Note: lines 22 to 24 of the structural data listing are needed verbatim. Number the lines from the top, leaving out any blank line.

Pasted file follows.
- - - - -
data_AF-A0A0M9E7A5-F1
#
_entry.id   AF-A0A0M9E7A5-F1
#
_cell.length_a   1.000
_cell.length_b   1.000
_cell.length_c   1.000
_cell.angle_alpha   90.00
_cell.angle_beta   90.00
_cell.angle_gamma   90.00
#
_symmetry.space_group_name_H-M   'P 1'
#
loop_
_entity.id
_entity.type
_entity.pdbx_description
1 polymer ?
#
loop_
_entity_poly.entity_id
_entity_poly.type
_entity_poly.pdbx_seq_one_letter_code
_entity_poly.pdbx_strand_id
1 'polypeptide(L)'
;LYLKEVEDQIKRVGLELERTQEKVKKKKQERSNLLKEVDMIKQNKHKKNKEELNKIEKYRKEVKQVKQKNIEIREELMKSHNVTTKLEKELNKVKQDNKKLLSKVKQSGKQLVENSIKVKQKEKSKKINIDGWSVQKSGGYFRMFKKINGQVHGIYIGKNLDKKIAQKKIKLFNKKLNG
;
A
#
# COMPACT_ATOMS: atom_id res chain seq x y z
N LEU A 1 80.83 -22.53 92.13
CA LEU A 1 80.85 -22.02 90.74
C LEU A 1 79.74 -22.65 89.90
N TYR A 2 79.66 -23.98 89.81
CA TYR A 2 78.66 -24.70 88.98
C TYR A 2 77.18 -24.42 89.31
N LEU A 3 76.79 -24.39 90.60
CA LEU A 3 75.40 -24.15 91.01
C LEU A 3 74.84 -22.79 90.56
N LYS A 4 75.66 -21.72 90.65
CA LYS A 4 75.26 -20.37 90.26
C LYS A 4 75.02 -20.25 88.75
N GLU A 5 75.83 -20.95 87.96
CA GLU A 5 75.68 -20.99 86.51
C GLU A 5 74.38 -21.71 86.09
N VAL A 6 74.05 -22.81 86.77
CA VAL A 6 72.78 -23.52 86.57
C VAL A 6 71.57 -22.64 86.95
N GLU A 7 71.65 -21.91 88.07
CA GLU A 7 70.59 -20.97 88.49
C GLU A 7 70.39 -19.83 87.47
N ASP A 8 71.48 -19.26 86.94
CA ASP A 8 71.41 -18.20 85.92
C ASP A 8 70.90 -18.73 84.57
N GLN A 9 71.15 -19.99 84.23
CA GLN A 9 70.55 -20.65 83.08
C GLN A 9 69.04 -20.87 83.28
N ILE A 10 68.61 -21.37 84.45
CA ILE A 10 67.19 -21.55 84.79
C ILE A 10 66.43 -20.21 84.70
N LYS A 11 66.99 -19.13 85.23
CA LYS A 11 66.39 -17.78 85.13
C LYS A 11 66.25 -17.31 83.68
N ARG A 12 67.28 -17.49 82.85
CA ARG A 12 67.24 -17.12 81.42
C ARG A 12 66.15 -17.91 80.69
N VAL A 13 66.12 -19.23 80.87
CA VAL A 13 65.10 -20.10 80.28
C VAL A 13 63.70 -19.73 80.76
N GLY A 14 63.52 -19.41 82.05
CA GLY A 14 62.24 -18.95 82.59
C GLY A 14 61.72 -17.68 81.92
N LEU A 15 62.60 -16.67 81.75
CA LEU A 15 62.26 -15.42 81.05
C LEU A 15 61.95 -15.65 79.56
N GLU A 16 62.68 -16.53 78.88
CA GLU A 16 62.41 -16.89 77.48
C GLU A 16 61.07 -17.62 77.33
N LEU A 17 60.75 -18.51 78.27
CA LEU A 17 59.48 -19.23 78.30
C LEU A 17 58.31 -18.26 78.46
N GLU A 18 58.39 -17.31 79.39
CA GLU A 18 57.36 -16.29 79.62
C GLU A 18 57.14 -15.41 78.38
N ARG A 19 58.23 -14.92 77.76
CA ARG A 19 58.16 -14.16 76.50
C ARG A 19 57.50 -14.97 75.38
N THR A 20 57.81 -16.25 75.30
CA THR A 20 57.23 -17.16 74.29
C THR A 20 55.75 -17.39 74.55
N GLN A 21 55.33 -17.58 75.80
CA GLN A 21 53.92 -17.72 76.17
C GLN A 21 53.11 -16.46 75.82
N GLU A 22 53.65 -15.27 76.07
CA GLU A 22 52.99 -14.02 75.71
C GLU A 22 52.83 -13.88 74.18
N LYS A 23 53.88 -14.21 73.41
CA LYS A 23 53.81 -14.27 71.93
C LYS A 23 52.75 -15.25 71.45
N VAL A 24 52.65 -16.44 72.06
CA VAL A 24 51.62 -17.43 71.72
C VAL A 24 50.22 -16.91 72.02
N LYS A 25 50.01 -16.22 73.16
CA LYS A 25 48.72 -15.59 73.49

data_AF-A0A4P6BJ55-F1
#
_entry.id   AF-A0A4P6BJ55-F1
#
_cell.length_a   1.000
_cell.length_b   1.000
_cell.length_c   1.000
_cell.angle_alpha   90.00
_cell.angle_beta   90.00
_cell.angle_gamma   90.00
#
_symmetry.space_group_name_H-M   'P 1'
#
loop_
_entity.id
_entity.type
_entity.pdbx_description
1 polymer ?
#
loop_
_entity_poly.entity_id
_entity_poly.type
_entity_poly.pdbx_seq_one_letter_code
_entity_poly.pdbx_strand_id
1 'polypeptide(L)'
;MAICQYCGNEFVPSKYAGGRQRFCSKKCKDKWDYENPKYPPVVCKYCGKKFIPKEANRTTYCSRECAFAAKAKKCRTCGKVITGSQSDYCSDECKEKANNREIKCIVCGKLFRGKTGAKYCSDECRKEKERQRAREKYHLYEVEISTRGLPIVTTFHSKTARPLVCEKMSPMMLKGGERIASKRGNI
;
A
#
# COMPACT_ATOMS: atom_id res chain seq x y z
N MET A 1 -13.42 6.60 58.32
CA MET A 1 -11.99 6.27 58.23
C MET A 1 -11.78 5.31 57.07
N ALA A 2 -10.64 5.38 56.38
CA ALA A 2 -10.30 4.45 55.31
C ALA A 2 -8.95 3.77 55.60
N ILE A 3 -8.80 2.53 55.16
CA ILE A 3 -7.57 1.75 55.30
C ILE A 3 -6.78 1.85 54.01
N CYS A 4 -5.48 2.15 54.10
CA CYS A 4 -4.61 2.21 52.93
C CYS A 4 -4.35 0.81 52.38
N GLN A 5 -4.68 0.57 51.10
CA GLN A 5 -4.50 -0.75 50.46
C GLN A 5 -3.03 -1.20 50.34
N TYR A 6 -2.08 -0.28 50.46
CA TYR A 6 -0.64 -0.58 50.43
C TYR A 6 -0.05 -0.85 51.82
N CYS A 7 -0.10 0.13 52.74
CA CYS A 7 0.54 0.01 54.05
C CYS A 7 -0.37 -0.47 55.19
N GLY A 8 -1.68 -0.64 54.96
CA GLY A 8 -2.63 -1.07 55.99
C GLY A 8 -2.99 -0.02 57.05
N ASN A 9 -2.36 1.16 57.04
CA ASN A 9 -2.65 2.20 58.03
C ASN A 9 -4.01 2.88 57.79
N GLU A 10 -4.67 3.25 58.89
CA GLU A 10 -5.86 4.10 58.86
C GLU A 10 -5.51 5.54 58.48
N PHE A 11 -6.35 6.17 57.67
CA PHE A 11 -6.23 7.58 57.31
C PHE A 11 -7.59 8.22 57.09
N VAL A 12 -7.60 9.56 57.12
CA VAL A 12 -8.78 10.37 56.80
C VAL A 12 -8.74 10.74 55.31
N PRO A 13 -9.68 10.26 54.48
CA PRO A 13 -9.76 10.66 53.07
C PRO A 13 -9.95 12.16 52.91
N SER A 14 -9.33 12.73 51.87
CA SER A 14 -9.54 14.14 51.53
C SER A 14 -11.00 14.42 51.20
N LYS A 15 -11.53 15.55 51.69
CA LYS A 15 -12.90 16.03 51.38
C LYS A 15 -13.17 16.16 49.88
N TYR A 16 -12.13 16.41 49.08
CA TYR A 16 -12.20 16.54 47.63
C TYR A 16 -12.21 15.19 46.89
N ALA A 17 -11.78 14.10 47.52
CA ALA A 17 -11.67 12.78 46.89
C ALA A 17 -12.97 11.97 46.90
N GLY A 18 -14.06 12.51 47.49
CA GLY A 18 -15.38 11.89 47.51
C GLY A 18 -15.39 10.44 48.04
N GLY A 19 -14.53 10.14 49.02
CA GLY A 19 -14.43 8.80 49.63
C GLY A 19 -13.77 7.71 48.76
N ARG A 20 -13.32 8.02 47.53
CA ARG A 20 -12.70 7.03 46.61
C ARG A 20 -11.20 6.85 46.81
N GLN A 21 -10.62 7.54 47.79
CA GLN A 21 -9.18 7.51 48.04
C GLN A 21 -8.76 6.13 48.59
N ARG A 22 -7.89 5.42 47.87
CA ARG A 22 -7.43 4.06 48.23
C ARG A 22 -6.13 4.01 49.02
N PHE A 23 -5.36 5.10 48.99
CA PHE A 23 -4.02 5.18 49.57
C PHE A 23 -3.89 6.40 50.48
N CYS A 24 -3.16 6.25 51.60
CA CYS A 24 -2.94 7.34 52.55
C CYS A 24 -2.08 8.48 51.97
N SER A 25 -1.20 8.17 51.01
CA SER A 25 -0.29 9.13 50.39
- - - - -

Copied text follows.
_entity_poly.type
_entity_poly.pdbx_seq_one_letter_code
_entity_poly.pdbx_strand_id